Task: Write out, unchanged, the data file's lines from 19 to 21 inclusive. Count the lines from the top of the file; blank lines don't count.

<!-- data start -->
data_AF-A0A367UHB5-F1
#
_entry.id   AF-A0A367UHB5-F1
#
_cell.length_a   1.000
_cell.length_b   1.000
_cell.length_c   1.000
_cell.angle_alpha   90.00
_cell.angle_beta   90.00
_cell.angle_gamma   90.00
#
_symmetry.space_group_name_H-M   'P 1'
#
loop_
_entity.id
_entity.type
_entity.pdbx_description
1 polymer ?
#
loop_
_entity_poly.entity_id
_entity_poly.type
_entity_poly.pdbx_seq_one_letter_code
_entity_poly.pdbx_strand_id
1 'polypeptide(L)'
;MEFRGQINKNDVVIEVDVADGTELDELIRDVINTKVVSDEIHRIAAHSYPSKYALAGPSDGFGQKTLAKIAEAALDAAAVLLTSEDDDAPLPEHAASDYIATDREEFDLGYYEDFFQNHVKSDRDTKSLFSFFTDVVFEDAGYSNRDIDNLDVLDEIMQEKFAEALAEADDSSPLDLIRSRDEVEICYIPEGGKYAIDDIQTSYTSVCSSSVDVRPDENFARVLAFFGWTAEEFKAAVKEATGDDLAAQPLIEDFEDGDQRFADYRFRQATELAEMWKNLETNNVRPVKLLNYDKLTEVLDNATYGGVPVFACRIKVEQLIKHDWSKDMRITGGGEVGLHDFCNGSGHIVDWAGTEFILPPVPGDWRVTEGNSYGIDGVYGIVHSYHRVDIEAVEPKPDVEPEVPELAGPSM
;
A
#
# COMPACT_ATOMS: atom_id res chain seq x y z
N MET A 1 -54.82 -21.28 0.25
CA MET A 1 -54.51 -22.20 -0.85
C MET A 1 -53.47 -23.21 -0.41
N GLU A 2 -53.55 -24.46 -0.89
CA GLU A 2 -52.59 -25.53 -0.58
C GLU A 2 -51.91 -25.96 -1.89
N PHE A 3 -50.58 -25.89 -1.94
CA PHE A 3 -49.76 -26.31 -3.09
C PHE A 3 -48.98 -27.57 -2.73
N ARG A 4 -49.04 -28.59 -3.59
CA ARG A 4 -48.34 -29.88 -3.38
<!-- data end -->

#
loop_
_entity_poly.entity_id